Normal

The University is currently operating under Reduced Campus Services and Operations due to COVID-19

University News

An update on Carolina’s admissions lawsuit

Carolina remains steadfast in its commitment to actively recruit academically qualified students from all 100 North Carolina counties and beyond to create a vibrant campus community where students from all backgrounds can excel and thrive.

The Bell Tower with fall leaves in the foreground.

Dear Carolina Community,

Next week, UNC-Chapel Hill will go to court to defend itself in a multi-year lawsuit challenging our ability to admit and educate a diverse community of outstanding students from varied backgrounds. The plaintiff, a private organization that has sued other leading universities, misrepresents the lawful way in which our admissions office admits talented first-year students.

The facts are clear: Carolina follows the law when we admit each class of outstanding undergraduate students. The University does not use quotas or formulas, and we do not discriminate against any applicant or group in the admissions process. We evaluate each student in a deliberate and compassionate way, appreciating individual strengths, talents and contributions to the incoming class and our educational environment. We consider a multitude of factors including a candidate’s academic performance, test scores, class rank, essays and experiences. We also may consider race or ethnicity – as one factor among many – but only if a student chooses to share that information.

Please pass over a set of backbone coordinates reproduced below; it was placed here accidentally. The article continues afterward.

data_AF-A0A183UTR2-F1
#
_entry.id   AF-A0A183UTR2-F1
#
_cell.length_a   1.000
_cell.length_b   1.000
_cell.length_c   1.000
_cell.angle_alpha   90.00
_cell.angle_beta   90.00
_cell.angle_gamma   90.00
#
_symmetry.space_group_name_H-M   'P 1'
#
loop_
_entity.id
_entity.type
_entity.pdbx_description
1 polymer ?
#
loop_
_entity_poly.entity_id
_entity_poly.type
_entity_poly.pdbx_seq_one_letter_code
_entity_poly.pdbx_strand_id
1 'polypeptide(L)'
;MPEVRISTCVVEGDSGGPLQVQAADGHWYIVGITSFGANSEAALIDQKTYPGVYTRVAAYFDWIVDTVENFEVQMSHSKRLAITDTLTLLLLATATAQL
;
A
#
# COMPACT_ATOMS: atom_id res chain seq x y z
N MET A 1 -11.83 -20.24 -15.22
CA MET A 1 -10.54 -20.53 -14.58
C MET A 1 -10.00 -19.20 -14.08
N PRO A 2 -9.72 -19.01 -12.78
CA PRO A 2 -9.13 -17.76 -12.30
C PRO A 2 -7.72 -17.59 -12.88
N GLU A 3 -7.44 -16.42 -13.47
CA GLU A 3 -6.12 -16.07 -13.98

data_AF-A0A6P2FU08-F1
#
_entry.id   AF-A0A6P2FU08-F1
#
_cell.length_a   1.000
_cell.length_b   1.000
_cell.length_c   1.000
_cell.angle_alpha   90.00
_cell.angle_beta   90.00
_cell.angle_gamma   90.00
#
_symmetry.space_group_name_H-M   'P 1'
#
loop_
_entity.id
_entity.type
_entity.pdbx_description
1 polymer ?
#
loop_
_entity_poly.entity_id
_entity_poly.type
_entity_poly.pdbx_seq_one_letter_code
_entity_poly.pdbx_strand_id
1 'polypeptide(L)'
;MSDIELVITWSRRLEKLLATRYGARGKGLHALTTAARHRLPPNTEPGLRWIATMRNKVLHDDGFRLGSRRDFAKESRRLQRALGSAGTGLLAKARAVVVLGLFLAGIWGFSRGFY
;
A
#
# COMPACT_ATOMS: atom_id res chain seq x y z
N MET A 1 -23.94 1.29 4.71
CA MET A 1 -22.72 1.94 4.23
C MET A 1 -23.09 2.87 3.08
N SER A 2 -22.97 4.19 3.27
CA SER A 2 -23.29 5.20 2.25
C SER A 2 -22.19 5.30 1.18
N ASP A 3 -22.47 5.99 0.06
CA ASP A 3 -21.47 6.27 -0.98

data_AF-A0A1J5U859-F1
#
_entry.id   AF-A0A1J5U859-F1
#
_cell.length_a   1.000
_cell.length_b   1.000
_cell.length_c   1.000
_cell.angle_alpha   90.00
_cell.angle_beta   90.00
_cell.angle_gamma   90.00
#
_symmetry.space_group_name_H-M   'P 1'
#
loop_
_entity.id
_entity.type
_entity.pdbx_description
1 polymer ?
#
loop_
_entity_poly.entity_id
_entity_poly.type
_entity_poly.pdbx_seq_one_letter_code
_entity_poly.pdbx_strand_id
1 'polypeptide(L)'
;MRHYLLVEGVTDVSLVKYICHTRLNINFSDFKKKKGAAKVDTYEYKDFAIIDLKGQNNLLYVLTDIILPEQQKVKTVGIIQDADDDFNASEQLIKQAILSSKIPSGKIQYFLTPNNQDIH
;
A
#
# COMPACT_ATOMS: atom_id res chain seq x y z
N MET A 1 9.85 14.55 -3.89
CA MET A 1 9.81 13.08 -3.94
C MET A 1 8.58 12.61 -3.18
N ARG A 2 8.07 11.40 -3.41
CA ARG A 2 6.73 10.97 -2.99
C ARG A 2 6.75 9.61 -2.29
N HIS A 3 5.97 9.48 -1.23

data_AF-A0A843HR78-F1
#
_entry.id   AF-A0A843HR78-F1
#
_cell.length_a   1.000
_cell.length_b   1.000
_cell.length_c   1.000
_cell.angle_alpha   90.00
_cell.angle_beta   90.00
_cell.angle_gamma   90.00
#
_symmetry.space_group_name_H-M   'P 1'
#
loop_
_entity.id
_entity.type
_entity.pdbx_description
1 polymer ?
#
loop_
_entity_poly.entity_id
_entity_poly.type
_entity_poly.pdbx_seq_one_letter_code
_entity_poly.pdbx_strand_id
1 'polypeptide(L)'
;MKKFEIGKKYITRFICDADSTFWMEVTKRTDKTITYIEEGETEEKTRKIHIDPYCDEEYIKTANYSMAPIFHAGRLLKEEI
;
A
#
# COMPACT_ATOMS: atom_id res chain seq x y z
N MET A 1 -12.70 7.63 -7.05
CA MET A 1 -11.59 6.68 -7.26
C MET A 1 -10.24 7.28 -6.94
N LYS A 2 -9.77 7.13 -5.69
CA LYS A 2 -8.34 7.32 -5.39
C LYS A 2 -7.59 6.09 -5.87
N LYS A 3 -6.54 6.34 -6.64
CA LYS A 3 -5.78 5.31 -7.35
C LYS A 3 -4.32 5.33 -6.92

As a faculty member over the past 25 years, I know that every student rightfully earned their place at Carolina. We welcome these students to a community that is committed to pursuing the educational benefits of diversity as a core part of our educational mission. As our faculty has recognized, a diverse student body is vital to fostering academic excellence, helping to broaden understanding among people of all backgrounds, spurring innovation and preparing engaged citizens and future leaders. Students, faculty and business executives who hire our graduates into a global economy tell us that the diversity of experiences among students with a broad range of backgrounds and beliefs is one of the most valuable parts of a Carolina education.

Our approach to admissions mirrors our community’s values, including a deep commitment to accessibility and affordability, that inspired pioneering programs such as the Carolina Covenant, the Carolina Student Transfer Excellence Program (C-STEP) and the Carolina College Advising Corps. Those ideals are critical elements of the University’s strategic plan, Carolina Next: Innovations for Public Good. The first of eight strategic initiatives, “Build our Community Together,” is focused on ensuring we have a welcoming and inclusive community at Carolina. As we said when the plan was launched, this initiative is foundational; none of the other initiatives will work if we do not get this one right. While we have made strides in diversity, inclusion and belonging in recent years, there is still much work to be done.

To learn more about Carolina’s position in this nationally significant lawsuit, please visit admissionslawsuit.unc.edu. Due to the pending litigation, we are limited in what we can say about the trial.

Carolina remains steadfast in its commitment to actively recruit academically qualified students from all 100 North Carolina counties and beyond to create a vibrant campus community where students from all backgrounds can excel and thrive. Our ability to admit a diverse class of highly qualified students is paramount to these efforts, and the positive momentum we have achieved over the past several decades is crucial to the future success of our students and our University.

Sincerely,

Kevin M. Guskiewicz
Chancellor